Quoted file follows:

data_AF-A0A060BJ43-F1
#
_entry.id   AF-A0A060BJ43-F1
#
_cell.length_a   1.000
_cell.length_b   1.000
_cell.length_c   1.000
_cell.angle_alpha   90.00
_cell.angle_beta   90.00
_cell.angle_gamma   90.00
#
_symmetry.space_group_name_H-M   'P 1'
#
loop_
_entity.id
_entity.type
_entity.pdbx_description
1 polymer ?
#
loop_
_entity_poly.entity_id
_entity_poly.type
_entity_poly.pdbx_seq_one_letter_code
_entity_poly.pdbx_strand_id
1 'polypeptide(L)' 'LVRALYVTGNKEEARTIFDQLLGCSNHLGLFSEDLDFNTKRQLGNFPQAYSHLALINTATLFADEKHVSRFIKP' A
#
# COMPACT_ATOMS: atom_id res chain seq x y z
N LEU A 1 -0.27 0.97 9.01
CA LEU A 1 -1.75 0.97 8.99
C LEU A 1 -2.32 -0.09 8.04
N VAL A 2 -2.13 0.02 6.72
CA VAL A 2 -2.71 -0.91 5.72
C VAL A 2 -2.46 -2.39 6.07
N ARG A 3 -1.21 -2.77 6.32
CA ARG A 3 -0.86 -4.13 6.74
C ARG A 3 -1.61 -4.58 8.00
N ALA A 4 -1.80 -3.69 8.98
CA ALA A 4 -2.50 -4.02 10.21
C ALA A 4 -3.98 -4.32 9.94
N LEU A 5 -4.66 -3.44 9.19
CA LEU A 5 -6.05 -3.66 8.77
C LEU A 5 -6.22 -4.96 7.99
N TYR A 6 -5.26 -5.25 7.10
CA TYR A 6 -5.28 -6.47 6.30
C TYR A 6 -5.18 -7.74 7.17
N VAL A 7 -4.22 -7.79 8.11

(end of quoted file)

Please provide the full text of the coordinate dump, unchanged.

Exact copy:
data_AF-A0A060BJ43-F1
#
_entry.id   AF-A0A060BJ43-F1
#
_cell.length_a   1.000
_cell.length_b   1.000
_cell.length_c   1.000
_cell.angle_alpha   90.00
_cell.angle_beta   90.00
_cell.angle_gamma   90.00
#
_symmetry.space_group_name_H-M   'P 1'
#
loop_
_entity.id
_entity.type
_entity.pdbx_description
1 polymer ?
#
loop_
_entity_poly.entity_id
_entity_poly.type
_entity_poly.pdbx_seq_one_letter_code
_entity_poly.pdbx_strand_id
1 'polypeptide(L)' 'LVRALYVTGNKEEARTIFDQLLGCSNHLGLFSEDLDFNTKRQLGNFPQAYSHLALINTATLFADEKHVSRFIKP' A
#
# COMPACT_ATOMS: atom_id res chain seq x y z
N LEU A 1 -0.27 0.97 9.01
CA LEU A 1 -1.75 0.97 8.99
C LEU A 1 -2.32 -0.09 8.04
N VAL A 2 -2.13 0.02 6.72
CA VAL A 2 -2.71 -0.91 5.72
C VAL A 2 -2.46 -2.39 6.07
N ARG A 3 -1.21 -2.77 6.32
CA ARG A 3 -0.86 -4.13 6.74
C ARG A 3 -1.61 -4.58 8.00
N ALA A 4 -1.80 -3.69 8.98
CA ALA A 4 -2.50 -4.02 10.21
C ALA A 4 -3.98 -4.32 9.94
N LEU A 5 -4.66 -3.44 9.19
CA LEU A 5 -6.05 -3.66 8.77
C LEU A 5 -6.22 -4.96 7.99
N TYR A 6 -5.26 -5.25 7.10
CA TYR A 6 -5.28 -6.47 6.30
C TYR A 6 -5.18 -7.74 7.17
N VAL A 7 -4.22 -7.79 8.11